How will these workers fare? One place to look for answers is North Carolina. Last February, at the
behest of the business community, Republican Governor Pat McCrory signed a bill cutting the amount
and duration of state jobless benefits, even though North Carolina’s unemployment rate ranked among
the highest in the country. The state had exhausted its unemployment trust fund, paid for by business
taxes, and had borrowed $2.5 billion from the federal government to pay jobless claims. “We’re going
to pay down that debt, make the system solvent, and provide an economic climate that allows
businesses, large and small, to put people back to work,” McCrory said at the time. When the new law
took effect on July 1, the maximum weekly benefit fell from $535 to $350 and its duration fell to
between 12 and 20 weeks (depending on the state’s unemployment rate) from 26 weeks—the standard
in most other states.
                                That was only half the blow. Reducing state benefits violated the terms
                                of the federal program—which is intended to supplement, not replace,
                                state aid—so workers in North Carolina were also disqualified from
                                receiving federal benefits. In essence, the state’s experience over the last
                                six months is a harbinger of what may be in store for the rest of the
                                country. “This doesn’t have to be a thought experiment, because you
                                can just look at what’s happened in North Carolina,” says Aaron
                                Chatterji, an economist at Duke University’s Fuqua School of Business.
                                “The 1.3 million people losing their benefits are going to be in the same
                                position as the 170,000 people here who have lost theirs.”
                                Story: Congress's Big, Stingy Christmas Mistake
                                At first glance, the effect appears to be positive. North Carolina’s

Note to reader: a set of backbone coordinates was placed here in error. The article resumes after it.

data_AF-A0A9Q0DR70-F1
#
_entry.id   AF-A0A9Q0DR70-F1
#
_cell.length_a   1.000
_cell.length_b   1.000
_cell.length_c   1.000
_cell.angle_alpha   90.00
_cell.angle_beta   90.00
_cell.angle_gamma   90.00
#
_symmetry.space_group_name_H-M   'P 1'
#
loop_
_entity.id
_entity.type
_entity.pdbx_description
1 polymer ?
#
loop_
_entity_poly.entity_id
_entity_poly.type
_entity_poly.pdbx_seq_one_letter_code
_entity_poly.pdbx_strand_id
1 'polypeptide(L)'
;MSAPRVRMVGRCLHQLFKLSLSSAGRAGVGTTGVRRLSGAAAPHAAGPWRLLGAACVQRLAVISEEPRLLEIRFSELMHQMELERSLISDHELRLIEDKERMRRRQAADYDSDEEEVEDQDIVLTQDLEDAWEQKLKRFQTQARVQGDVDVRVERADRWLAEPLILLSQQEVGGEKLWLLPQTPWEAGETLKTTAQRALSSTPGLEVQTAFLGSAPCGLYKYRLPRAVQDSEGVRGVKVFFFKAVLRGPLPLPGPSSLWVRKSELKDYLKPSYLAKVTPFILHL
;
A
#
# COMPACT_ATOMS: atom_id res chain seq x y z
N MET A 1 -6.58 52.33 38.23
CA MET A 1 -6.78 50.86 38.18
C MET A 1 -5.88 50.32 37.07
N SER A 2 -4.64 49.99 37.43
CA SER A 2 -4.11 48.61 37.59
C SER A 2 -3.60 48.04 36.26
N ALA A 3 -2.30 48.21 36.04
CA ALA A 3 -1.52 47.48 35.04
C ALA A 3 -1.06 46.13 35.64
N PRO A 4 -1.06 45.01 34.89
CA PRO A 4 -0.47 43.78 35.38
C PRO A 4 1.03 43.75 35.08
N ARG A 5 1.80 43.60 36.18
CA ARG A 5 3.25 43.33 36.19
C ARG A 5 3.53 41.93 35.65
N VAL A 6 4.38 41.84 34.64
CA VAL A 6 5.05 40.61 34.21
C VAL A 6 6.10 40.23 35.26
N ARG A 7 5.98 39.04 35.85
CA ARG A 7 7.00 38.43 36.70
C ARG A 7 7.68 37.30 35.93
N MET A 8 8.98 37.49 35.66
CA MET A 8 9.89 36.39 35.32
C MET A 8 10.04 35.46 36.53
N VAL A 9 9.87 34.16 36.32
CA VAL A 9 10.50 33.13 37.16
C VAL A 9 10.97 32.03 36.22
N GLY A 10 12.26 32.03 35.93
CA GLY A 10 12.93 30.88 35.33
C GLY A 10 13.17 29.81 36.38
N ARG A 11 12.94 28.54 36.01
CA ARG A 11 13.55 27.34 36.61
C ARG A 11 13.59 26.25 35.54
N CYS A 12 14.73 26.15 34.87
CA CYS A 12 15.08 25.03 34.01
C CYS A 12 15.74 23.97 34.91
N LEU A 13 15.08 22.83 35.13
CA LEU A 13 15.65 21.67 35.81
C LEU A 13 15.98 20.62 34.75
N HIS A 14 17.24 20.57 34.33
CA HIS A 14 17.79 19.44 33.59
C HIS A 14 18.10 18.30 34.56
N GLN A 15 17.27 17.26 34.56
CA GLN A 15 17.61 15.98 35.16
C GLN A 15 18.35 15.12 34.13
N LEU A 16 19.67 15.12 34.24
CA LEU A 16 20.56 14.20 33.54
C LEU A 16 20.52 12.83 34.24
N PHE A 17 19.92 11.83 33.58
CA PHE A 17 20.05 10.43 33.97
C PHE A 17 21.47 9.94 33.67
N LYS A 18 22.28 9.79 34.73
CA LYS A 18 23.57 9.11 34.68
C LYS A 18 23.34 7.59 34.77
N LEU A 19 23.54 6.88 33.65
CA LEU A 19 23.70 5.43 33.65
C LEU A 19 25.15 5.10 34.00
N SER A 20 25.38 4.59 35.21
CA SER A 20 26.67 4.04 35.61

unemployment rate dropped dramatically, from 8.8 percent to 7.4
                                percent between July and November. By comparison, the national
                                unemployment rate fell by 0.6 percent over the same period. A closer
                                look, however, suggests that North Carolina’s unemployment numbers
                                have fallen not because the long-term jobless have found work but
                                because they’ve quit looking altogether. As a result, the state no longer
                                counts them as unemployed.
“The decline in the unemployment rate gives you a very limited view of what’s going on in our labor
market,” says John Quinterno, founder of South by North Strategies, an economic research firm in
Chapel Hill, N.C. “Year over year, the number of employed people in North Carolina ticked up by
6,082, while the unemployed fell by 101,901. That means the labor force contracted by 95,009. So the
improvement has not necessarily been driven by more people going to work and is actually being
driven to a large degree by people leaving the labor force.” In October the state’s labor force
participation rate hit a 37-year low. One benefit of unemployment insurance is that “it has an anchoring
effect,” says Quinterno, “because you have to be looking for work” to qualify for benefits.
Though the job market hasn’t fully recovered from the recession, many Republicans believe extending
jobless benefits saps workers’ motivation to seek employment or accept positions they deem less than
ideal. “I do support unemployment benefits for the 26 weeks that they’re paid for,” Kentucky Senator
Rand Paul said on Fox News on Dec. 8. “Beyond that, you do a disservice to these workers. When you
allow people to be on unemployment insurance for 99 weeks, you’re causing them to become part of
this perpetual unemployed group.”